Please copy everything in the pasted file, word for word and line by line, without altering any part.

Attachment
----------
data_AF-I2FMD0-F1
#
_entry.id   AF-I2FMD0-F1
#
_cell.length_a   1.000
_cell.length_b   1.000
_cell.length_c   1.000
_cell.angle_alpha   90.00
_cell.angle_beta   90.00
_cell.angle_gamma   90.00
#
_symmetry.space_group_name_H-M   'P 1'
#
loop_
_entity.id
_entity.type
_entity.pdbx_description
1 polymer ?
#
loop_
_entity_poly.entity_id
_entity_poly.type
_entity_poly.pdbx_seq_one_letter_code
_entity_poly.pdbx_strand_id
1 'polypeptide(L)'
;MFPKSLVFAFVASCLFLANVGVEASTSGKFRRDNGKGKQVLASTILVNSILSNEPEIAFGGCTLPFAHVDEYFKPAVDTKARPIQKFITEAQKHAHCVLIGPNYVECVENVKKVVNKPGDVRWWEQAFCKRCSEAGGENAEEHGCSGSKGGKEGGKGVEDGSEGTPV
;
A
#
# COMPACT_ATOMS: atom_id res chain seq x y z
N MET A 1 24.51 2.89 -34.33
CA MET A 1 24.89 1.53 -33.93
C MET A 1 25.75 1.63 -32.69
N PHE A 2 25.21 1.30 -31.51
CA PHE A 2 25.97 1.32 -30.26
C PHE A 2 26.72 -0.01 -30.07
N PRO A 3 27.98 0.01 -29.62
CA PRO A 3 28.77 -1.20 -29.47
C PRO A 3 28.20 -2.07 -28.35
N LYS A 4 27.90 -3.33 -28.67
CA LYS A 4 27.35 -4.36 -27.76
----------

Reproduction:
data_AF-I2FMD0-F1
#
_entry.id   AF-I2FMD0-F1
#
_cell.length_a   1.000
_cell.length_b   1.000
_cell.length_c   1.000
_cell.angle_alpha   90.00
_cell.angle_beta   90.00
_cell.angle_gamma   90.00
#
_symmetry.space_group_name_H-M   'P 1'
#
loop_
_entity.id
_entity.type
_entity.pdbx_description
1 polymer ?
#
loop_
_entity_poly.entity_id
_entity_poly.type
_entity_poly.pdbx_seq_one_letter_code
_entity_poly.pdbx_strand_id
1 'polypeptide(L)'
;MFPKSLVFAFVASCLFLANVGVEASTSGKFRRDNGKGKQVLASTILVNSILSNEPEIAFGGCTLPFAHVDEYFKPAVDTKARPIQKFITEAQKHAHCVLIGPNYVECVENVKKVVNKPGDVRWWEQAFCKRCSEAGGENAEEHGCSGSKGGKEGGKGVEDGSEGTPV
;
A
#
# COMPACT_ATOMS: atom_id res chain seq x y z
N MET A 1 24.51 2.89 -34.33
CA MET A 1 24.89 1.53 -33.93
C MET A 1 25.75 1.63 -32.69
N PHE A 2 25.21 1.30 -31.51
CA PHE A 2 25.97 1.32 -30.26
C PHE A 2 26.72 -0.01 -30.07
N PRO A 3 27.98 0.01 -29.62
CA PRO A 3 28.77 -1.20 -29.47
C PRO A 3 28.20 -2.07 -28.35
N LYS A 4 27.90 -3.33 -28.67
CA LYS A 4 27.35 -4.36 -27.76